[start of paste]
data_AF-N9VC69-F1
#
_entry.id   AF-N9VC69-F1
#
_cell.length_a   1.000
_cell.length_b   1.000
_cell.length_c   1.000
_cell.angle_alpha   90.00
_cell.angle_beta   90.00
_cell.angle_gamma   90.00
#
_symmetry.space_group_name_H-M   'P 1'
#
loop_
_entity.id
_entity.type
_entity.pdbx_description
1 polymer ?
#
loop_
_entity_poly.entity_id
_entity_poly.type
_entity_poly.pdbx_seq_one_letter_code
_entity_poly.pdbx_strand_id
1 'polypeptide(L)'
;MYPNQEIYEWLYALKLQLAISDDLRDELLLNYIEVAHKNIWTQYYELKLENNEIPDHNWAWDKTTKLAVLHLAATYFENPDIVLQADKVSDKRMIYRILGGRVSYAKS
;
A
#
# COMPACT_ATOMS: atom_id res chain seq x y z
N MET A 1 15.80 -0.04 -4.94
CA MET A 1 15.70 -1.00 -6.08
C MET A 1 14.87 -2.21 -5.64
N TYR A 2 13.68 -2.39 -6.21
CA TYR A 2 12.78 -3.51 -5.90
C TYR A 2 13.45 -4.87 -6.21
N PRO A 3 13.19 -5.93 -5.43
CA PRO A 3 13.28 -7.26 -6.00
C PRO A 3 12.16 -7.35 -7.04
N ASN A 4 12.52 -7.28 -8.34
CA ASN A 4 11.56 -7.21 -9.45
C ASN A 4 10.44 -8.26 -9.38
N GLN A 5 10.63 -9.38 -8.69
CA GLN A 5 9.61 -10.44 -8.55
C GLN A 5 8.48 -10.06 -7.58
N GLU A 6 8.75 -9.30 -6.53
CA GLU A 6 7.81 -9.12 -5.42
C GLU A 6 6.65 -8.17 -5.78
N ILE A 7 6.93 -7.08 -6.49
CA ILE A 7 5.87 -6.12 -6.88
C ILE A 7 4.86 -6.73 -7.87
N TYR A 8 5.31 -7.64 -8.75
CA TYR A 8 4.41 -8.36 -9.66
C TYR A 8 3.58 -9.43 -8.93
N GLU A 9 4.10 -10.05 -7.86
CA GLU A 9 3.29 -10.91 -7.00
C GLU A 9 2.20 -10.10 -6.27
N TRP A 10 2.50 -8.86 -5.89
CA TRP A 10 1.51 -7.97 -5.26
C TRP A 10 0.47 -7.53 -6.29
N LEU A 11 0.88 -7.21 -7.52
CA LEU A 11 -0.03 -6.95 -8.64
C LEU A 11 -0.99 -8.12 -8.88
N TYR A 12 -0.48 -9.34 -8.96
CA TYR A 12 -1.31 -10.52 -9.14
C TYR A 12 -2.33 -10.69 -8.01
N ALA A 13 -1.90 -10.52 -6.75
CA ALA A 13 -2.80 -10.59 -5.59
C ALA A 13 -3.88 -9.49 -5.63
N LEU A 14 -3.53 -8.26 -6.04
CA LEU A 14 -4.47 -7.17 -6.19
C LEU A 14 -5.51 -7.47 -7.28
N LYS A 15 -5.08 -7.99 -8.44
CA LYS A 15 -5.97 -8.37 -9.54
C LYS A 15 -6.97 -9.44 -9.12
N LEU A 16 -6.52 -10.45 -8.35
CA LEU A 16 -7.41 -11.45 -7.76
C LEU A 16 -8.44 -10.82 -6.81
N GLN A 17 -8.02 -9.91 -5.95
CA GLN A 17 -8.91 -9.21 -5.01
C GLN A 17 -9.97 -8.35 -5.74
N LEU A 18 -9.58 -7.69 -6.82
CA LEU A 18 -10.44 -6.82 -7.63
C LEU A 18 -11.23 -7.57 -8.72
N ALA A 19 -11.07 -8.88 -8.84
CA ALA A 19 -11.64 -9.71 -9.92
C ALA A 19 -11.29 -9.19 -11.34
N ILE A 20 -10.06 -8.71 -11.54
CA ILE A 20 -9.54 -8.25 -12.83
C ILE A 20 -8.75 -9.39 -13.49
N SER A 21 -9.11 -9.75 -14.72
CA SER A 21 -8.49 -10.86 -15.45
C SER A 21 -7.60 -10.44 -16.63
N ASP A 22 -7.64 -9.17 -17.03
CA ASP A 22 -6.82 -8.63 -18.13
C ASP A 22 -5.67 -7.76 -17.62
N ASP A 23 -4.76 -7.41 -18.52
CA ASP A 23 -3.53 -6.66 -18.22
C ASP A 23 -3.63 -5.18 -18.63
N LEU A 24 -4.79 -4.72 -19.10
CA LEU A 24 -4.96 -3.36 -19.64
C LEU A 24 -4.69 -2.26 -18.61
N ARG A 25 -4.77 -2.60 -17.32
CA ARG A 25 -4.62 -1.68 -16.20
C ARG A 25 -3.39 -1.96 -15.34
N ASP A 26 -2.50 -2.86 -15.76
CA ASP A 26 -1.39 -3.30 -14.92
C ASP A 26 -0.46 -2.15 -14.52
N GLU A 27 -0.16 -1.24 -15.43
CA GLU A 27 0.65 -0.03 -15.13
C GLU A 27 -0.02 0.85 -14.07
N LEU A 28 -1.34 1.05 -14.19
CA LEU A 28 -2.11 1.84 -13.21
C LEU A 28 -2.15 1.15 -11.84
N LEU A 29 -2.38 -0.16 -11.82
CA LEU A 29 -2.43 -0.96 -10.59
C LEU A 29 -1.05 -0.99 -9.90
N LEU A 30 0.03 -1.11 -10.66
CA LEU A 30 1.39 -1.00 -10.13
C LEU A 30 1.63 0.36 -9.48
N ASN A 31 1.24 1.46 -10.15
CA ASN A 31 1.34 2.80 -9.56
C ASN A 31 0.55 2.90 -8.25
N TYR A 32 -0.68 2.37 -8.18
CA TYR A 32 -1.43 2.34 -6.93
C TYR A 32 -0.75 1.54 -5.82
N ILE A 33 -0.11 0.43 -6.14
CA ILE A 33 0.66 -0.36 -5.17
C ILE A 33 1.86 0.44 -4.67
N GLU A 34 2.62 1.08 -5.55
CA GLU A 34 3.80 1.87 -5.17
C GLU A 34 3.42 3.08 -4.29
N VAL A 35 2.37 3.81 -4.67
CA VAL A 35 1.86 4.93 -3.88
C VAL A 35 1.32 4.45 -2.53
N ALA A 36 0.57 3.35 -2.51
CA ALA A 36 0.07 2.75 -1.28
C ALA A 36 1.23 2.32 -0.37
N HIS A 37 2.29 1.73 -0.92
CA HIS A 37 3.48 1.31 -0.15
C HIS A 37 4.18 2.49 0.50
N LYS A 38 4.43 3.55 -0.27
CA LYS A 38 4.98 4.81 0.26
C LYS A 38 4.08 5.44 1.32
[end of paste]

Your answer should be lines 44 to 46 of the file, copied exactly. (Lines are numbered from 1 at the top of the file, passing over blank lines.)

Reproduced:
CA GLN A 5 9.61 -10.44 -8.55
C GLN A 5 8.48 -10.06 -7.58
N GLU A 6 8.75 -9.30 -6.53